Tailfin of a sopwith and aviator’s helmet

Aviation at Verdun

At the start of the battle of Verdun, the German aviation lined up a fleet of about 150 aircraft, the vast majority of which were Aviatik, Albatros, LVG and Rumpler two-seaters. There were only about thirty Fokker Eindecker monoplane fighters. On the launch of the offensive, the strategy adopted by the general staff of the 5. Armee was to establish a veritable aerial barrage (Luftsperre) above the battlefield to prevent the French aircraft from flying overhead. Flying in pairs at different altitudes, the crews of the two-seaters – consisting of an Emil and a Franz, the nicknames given to the pilots and navigators – criss-crossed the skies scouring the surroundings before swooping down on the enemy. Further back, the Fokkers were on hand to intercept any French planes that managed to get through the barrage. With just 60 or so aircraft, the French Aeronautical Service, was totally outclassed during the first weeks of the battle.

In the spring of 1916, the German aviation was at full strength with nearly 250 aircraft flying over the Hauts de Meuse. But the French had by then closed the gap with the arrival of new squadrons and their best pilots bringing their fleet up to 260 aeroplanes. Furthermore, they adopted an effective new tactic: the development of formations of four and then six fighter planes, which gave them the upper hand. Spurred on by the fighter ace Oswald Boelcke, the German aeronautical service tried to face up to this threat by also grouping its Fokker fighter planes together in distinct units: the Kampfeinsitzer Kommando (KEK) (single-seater fighter commandos). Boelcke led the one based in Sivry-sur-Meuse. The KEK Sivry then became a significant squadron comprising six fighter planes. But, by the summer, the German aviation had definitively been put on the defensive.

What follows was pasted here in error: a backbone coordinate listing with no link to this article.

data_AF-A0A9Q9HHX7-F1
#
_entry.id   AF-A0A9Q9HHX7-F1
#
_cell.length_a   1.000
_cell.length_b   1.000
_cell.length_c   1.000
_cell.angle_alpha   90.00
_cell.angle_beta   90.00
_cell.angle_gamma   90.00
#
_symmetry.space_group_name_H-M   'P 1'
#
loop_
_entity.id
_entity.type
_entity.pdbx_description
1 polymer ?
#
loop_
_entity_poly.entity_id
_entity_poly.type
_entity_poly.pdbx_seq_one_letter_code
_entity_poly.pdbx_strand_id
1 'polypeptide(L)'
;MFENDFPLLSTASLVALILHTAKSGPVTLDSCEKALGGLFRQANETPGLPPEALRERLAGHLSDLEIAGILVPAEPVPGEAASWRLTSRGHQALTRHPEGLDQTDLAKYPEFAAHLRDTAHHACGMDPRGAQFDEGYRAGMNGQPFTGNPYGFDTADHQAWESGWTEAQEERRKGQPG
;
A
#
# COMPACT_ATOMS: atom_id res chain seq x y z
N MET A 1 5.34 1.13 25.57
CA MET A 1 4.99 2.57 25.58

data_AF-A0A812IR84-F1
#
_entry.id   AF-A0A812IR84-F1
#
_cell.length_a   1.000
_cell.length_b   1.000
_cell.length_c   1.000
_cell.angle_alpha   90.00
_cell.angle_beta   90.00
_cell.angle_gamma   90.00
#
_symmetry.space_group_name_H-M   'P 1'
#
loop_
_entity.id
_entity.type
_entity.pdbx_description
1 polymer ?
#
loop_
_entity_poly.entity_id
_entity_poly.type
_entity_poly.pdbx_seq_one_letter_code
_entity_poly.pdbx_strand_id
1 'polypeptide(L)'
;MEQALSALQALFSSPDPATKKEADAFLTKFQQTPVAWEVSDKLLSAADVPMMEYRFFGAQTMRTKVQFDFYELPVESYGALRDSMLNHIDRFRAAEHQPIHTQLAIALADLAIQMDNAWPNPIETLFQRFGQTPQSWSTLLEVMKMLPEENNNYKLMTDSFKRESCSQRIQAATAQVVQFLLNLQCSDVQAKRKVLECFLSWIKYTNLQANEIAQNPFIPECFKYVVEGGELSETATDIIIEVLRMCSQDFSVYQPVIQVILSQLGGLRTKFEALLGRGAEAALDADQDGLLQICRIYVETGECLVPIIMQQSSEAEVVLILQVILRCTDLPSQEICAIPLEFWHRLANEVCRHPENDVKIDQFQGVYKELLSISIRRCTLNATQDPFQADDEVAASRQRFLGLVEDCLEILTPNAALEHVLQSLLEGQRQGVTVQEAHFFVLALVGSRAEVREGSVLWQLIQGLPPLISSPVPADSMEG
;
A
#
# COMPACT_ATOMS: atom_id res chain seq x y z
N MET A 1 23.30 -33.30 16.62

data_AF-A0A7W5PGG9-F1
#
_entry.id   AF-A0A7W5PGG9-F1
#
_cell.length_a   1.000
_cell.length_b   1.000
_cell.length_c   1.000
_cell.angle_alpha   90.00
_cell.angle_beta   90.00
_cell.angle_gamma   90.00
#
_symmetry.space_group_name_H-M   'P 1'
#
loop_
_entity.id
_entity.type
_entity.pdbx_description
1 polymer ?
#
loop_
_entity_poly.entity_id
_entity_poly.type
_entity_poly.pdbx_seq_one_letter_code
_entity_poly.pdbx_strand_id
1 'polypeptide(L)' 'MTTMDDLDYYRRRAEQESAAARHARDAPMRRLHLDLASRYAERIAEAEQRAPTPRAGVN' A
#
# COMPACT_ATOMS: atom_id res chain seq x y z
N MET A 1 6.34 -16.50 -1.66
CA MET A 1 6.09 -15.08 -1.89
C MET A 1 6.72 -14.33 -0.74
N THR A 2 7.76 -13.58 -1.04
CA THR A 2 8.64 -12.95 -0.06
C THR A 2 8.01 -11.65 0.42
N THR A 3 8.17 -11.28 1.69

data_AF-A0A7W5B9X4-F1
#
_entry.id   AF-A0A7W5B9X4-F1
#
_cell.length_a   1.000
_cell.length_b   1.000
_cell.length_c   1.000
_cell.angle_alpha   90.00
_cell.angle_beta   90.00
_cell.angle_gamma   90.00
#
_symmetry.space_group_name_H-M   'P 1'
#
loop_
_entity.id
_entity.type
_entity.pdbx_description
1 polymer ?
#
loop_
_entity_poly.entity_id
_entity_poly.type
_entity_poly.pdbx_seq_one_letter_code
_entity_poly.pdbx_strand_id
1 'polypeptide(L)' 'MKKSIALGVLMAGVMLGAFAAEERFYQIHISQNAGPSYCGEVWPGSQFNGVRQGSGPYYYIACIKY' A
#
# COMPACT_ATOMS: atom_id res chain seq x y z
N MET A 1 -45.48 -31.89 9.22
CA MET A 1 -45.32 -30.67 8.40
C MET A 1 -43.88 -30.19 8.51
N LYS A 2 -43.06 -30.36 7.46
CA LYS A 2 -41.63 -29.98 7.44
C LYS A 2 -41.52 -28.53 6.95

Proof of their newly acquired superiority, the French aviators had won 85 confirmed victories to the German’s 36 between 21st February and 1st July 1916. The Germans drew their conclusions from this, re-organising their fighter wing and placing it under the command of Boelcke, allowing them to take back the initiative in the autumn on another front, that of the Somme.

Aviation at the Verdun Memorial

Ground floor upper level (RH), “The war in the Verdun skies” showcase.

There is a section located on the first floor of the tour around the Verdun Memorial dedicated to the important role played by aviation during the battle of Verdun, where the first aerial battle of the First World War took place. Suspended above the central screen, two planes confront each other in a dogfight. These full-scale models of a Fokker E III Eindecker, 1916 model, and a Nieuport, nicknamed the “Bébé Nieuport”, 1916 model, were made and donated to the Verdun Memorial by Jean Salis, a war veteran.